Daily Archives: November 21, 2010

Half a millionaire!

Compared with many websites and blogs, reaching the 500,000 hits level, as we did a few minutes ago, is not much. However, for a blog by an obscure writer dealing with the narrow topic of the Bible lands this might be impressive.

During our first month online (May, 2007) we averaged about 81 hits a day. The blog was intended to provide an opportunity for friends of those traveling with me on a tour of Anatolian Turkey and the area of Paul’s first journey to keep in touch. I think there was no thought of continuing the blog on a regular basis.

When we discovered that there was continuing interest in the photographs and bits of information we provided, we continued to write. The growth of readership was gradual. This month we are averaging about 885 hits a day. At the annual professional meetings of the NEAS, ETS, and SBL several people who saw my name badge mentioned reading the blog.

We always have in mind those who preach and teach the Bible as we prepare our material.

Thank you for your interest in this material and for your kind words of encouragement from time to time. I must confess that some days I give thought to discontinuing the blog. Except for the evidence that some of the readers are finding this material helpful I probably would.

I am grateful to others who have called attention to my blog through their links and honorable mentions. Every time Todd Bolen mentions my posts at Bible Places Blog I note an uptick in hits. I continue to be thankful for WordPress and the platform provided to anyone who wishes to post their thoughts/materials on the Internet.

Just had a thought. What if I had a dollar for each hit? It was just a thought.

For this special occasion I wanted to share a nice photo of the site of Paneas /Banias/Caesarea Philippi. This photo shows the site of the Pan shrine at the foot of the vast rock which is part of the the foothills of Mount Hermon. A spring flows from beneath the rock to form the Banias River which in turn joins other branches to form the Jordan River. Click on the photo to get an image suitable for use in sermon and class presentation.

The site of Paneas was Caesarea Philippi in the time of Jesus. Photo by Ferrell Jenkins.

The site of Paneas was Caesarea Philippi in the time of Jesus. Photo by Ferrell Jenkins.

Here is the Bible text that goes with the photo.

13 Now when Jesus came into the district of Caesarea Philippi, He was asking His disciples, “Who do people say that the Son of Man is?”
14 And they said, “Some say John the Baptist; and others, Elijah; but still others, Jeremiah, or one of the prophets.”
15 He said to them, “But who do you say that I am?”
16 Simon Peter answered, “You are the Christ, the Son of the living God.”
17 And Jesus said to him, “Blessed are you, Simon Barjona, because flesh and blood did not reveal this to you, but My Father who is in heaven.
18 “I also say to you that you are Peter, and upon this rock I will build My church; and the gates of Hades will not overpower it.
19 “I will give you the keys of the kingdom of heaven; and whatever you bind on earth shall have been bound in heaven, and whatever you loose on earth shall have been loosed in heaven.” (Matthew 16:13-19 NAU)

Astronaut photo of Egypt, Israel and Jordan at night

The satellite photo below is one of the fabulous photos made by NASA astronauts from space. The emphasis in this photo is the Nile Delta at night. You are able to see the portion of Egypt where most of the people live. The Sinai, Israel and Jordan are also visible. To the north, the island of Cyprus and the south shore of Turkey can be seen.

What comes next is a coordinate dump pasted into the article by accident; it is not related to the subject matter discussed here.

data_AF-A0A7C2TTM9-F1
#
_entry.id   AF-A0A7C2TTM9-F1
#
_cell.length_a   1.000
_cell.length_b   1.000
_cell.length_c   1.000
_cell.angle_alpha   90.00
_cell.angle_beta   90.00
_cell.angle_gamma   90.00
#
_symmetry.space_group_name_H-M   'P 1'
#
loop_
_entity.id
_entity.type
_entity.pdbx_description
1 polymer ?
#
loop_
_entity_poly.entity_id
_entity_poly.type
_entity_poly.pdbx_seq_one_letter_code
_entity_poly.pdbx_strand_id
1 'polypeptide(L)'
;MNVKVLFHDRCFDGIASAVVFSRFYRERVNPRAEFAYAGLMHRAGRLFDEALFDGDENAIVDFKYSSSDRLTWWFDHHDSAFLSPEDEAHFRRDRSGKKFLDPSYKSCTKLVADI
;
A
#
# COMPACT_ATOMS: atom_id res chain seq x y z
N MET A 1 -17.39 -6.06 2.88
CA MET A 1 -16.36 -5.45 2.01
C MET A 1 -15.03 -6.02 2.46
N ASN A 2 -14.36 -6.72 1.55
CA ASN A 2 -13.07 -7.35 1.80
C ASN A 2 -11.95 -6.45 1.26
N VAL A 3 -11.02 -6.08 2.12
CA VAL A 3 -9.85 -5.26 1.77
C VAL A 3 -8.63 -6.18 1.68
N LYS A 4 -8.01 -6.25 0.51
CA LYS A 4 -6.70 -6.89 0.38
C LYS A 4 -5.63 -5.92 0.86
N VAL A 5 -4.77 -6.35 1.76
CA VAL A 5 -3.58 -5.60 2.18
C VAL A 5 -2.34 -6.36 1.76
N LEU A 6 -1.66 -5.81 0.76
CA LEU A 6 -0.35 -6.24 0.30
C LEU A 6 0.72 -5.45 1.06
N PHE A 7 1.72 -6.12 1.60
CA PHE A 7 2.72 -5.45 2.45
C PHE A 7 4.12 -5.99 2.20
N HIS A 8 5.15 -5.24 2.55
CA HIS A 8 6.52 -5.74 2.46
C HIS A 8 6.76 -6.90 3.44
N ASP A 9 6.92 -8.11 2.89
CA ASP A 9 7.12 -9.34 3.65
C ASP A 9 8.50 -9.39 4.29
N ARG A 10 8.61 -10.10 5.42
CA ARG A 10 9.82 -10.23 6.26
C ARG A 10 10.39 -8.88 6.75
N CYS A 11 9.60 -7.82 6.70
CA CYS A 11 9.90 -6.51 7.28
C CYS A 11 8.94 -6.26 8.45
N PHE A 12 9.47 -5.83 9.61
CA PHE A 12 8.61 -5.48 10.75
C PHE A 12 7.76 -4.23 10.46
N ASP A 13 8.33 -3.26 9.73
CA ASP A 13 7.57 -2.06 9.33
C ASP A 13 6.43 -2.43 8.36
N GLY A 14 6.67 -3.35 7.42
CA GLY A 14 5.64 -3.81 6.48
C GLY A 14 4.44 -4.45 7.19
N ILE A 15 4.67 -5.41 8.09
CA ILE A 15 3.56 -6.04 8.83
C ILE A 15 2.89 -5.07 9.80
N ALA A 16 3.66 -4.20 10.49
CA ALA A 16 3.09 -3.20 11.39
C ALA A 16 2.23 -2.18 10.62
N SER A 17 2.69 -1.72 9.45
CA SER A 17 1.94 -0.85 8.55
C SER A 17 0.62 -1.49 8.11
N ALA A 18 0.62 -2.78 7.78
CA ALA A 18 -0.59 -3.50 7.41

NASA Astronaut Photography of the Egypt and Israel by night.Astronaut photo of Egypt, Israel and Jordan at night.

NASA provides a helpful explanation of the photo.

One of the fascinating aspects of viewing Earth at night is how well the lights show the distribution of people. In this view of Egypt, we see a population almost completely concentrated along the Nile Valley, just a small percentage of the country’s land area.

The Nile River and its delta look like a brilliant, long-stemmed flower in this astronaut photograph of the southeastern Mediterranean Sea, as seen from the International Space Station. The Cairo metropolitan area forms a particularly bright base of the flower. The smaller cities and towns within the Nile Delta tend to be hard to see amidst the dense agricultural vegetation during the day. However, these settled areas and the connecting roads between them become clearly visible at night. Likewise, urbanized regions and infrastructure along the Nile River becomes apparent (see also The Great Bend of Nile, Day & Night.)

Another brightly lit region is visible along the eastern coastline of the Mediterranean—the Tel-Aviv metropolitan area in Israel (image right). To the east of Tel-Aviv lies Amman, Jordan. The two major water bodies that define the western and eastern coastlines of the Sinai Peninsula—the Gulf of Suez and the Gulf of Aqaba—are outlined by lights along their coastlines (image lower right). The city lights of Paphos, Limassol, Larnaca, and Nicosia are visible on the island of Cyprus (image top).

Scattered blue-grey clouds cover the Mediterranean Sea and the Sinai, while much of northeastern Africa is cloud-free. A thin yellow-brown band tracing the Earth’s curvature at image top is airglow, a faint band of light emission that results from the interaction of atmospheric atoms and molecules with solar radiation at approximately 100 kilometers (60 miles) altitude.

The image is used courtesy of the Image Science & Analysis Laboratory, NASA Johnson Space Center. You may access various images at their website here. An annotated photo is available there.

HT: Aantekeningen bij de Bijbel